International stars such as Kate Winslet, who won an Oscar for best actress in "The Reader" which was filmed in Babelsberg, have heaped praise on German crews for their professionalism.

The creation in 2007 of the German Federal Film Fund (DFFF), offering filmmakers grants worth up to 20% of a film's budget, gave the Berlin film industry an extra boost.

Some of the money must be spent in Germany, said Niehuus, but the DFFF imposes fewer restrictions than funds in other countries such as Britain or France, thereby attracting more international co-productions.

"It is all about financing, closing the finance and producing cheaply," said Woebcken. "Going to the sets and having dinner with the director: that's the fun part of the business, but the reality of course only has to do with numbers."

The euro's weakening against the dollar during the crisis has made Berlin all the more attractive to U.S. filmmakers.

And while some fear European film funds could suffer from impending austerity drives, Germany's has so far been ring-fenced from deep state spending cuts, said Niehuus.

Cutbacks elsewhere could drive more filmmakers to Berlin. Britain last month announced plans to axe the U.K. Film Council, which lobbies for the British film industry and invests £15 million ($23.4 million) a year in local features.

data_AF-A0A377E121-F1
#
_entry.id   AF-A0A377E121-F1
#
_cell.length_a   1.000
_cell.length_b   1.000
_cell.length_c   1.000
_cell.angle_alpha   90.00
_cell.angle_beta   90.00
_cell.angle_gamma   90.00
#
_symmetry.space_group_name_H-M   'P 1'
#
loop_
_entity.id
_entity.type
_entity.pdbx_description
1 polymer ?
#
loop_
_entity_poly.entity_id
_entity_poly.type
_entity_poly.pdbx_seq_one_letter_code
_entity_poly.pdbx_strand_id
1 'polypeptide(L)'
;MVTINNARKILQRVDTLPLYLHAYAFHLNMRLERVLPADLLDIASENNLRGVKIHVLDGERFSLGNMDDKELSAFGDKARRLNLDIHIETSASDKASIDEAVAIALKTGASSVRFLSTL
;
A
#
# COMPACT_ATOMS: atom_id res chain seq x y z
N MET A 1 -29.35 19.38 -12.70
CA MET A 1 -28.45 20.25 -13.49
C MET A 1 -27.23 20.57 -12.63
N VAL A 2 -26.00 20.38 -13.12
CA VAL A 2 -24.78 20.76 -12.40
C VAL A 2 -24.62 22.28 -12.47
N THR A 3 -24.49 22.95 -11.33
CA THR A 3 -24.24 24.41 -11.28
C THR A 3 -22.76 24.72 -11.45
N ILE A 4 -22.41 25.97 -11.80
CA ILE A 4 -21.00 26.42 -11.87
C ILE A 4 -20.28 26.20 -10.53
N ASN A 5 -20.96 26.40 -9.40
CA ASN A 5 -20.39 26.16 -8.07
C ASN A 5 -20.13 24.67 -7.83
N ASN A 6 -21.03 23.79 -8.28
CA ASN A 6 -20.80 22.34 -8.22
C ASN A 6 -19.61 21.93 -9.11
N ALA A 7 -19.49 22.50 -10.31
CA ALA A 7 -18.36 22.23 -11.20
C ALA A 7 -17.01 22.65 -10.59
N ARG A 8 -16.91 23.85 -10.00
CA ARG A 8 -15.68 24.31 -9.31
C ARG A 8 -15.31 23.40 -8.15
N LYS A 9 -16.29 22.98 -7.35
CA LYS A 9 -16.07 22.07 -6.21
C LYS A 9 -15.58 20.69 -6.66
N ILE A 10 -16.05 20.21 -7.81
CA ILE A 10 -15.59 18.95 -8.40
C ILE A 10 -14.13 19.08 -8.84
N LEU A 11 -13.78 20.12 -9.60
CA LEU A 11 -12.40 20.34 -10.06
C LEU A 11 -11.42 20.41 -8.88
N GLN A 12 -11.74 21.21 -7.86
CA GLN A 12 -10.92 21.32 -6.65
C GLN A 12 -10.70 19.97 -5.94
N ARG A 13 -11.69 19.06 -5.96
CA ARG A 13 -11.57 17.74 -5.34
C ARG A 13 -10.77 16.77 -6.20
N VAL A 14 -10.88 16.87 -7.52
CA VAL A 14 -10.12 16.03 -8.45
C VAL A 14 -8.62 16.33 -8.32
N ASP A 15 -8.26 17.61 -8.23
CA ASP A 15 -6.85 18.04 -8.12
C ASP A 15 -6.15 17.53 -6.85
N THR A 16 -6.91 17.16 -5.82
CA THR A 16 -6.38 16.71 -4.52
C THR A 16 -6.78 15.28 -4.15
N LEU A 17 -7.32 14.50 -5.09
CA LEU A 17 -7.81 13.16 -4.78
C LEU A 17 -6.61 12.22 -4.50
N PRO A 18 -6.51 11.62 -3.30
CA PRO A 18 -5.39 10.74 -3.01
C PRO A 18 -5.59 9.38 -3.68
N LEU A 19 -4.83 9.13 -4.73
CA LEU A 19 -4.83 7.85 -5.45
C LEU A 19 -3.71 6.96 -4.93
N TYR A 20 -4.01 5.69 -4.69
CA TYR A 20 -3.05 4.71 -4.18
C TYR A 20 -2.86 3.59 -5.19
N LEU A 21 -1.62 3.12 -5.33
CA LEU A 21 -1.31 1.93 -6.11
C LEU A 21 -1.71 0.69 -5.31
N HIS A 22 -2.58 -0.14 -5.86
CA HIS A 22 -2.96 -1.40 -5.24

Founded in 1912, Babelsberg is just one of more than 50 studios in and around Berlin but epitomizes the rich cinematic heritage and fickle fortunes of the city's film industry.

Once one of the world's top studios setting the cultural agenda, it has produced both some of the most admired and detested films, from Metropolis to anti-Semitic propaganda.

Woebcken and his business partner Christoph Fisser acquired the studio from French media group Vivendi Universal in 2004 for a symbolic one euro and pulled it out of the red, getting rid of over half the employees and making production leaner.

Rather than seeking to revive its prewar heyday, they decided to rent out its sets and services to filmmakers from Germany and abroad. Berlin's film industry has thus in a sense become the production center for many major U.S. studios.

"The definition of a studio in America is that you own the rights and have the money to exploit the rights -- distribution and everything," said Woebcken, sitting in front of an imposing Rothko imitation painted in Babelsberg's arts department.

"That requires a capital base we don't have, so we are basically a supplier -- like everyone else in Europe."

Thanks to its long history, Babelsberg can cater to nearly all stages of production, with sprawling props and costume warehouses on site as well as the arts department ranging from carpentry through to locksmiths' workshops.

But Woebcken said Berlin now needs to focus on developing visual effects skills, which were reducing production costs and revolutionizing the film industry.

"You can create scenes digitally with much less expense than if you had to build them physically," he said. "The whole team of the new Emmerich film "Anonymous" is sitting in that building opposite now and completing the film -- digitally."